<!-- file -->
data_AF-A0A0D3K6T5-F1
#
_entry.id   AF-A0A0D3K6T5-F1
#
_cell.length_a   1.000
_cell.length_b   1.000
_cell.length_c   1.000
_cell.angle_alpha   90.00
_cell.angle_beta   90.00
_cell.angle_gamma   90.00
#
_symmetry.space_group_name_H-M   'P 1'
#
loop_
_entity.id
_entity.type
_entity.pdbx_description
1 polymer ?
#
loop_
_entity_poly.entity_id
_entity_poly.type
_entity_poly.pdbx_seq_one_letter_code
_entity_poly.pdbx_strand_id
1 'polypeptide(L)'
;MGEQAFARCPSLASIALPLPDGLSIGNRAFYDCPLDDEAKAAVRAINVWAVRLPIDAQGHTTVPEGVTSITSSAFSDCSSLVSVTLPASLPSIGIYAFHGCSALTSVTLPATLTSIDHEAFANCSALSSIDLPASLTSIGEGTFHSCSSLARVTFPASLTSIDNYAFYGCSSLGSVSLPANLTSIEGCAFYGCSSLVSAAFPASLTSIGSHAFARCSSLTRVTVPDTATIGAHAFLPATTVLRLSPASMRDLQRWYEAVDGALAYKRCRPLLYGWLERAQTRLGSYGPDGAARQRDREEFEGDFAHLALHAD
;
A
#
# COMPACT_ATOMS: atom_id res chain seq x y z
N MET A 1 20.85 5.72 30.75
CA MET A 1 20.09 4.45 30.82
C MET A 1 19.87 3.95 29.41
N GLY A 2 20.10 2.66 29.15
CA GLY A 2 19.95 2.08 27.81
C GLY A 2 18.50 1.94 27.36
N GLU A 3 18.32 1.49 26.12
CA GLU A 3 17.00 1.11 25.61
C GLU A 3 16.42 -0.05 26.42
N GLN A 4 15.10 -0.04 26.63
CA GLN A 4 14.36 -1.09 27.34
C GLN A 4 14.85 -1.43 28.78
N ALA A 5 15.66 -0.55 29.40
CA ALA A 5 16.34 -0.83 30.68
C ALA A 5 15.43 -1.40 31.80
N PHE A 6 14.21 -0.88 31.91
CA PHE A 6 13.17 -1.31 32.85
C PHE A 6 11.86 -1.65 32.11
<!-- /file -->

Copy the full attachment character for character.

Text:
data_AF-A0A0D3K6T5-F1
#
_entry.id   AF-A0A0D3K6T5-F1
#
_cell.length_a   1.000
_cell.length_b   1.000
_cell.length_c   1.000
_cell.angle_alpha   90.00
_cell.angle_beta   90.00
_cell.angle_gamma   90.00
#
_symmetry.space_group_name_H-M   'P 1'
#
loop_
_entity.id
_entity.type
_entity.pdbx_description
1 polymer ?
#
loop_
_entity_poly.entity_id
_entity_poly.type
_entity_poly.pdbx_seq_one_letter_code
_entity_poly.pdbx_strand_id
1 'polypeptide(L)'
;MGEQAFARCPSLASIALPLPDGLSIGNRAFYDCPLDDEAKAAVRAINVWAVRLPIDAQGHTTVPEGVTSITSSAFSDCSSLVSVTLPASLPSIGIYAFHGCSALTSVTLPATLTSIDHEAFANCSALSSIDLPASLTSIGEGTFHSCSSLARVTFPASLTSIDNYAFYGCSSLGSVSLPANLTSIEGCAFYGCSSLVSAAFPASLTSIGSHAFARCSSLTRVTVPDTATIGAHAFLPATTVLRLSPASMRDLQRWYEAVDGALAYKRCRPLLYGWLERAQTRLGSYGPDGAARQRDREEFEGDFAHLALHAD
;
A
#
# COMPACT_ATOMS: atom_id res chain seq x y z
N MET A 1 20.85 5.72 30.75
CA MET A 1 20.09 4.45 30.82
C MET A 1 19.87 3.95 29.41
N GLY A 2 20.10 2.66 29.15
CA GLY A 2 19.95 2.08 27.81
C GLY A 2 18.50 1.94 27.36
N GLU A 3 18.32 1.49 26.12
CA GLU A 3 17.00 1.11 25.61
C GLU A 3 16.42 -0.05 26.42
N GLN A 4 15.10 -0.04 26.63
CA GLN A 4 14.36 -1.09 27.34
C GLN A 4 14.85 -1.43 28.78
N ALA A 5 15.66 -0.55 29.40
CA ALA A 5 16.34 -0.83 30.68
C ALA A 5 15.43 -1.40 31.80
N PHE A 6 14.21 -0.88 31.91
CA PHE A 6 13.17 -1.31 32.85
C PHE A 6 11.86 -1.65 32.11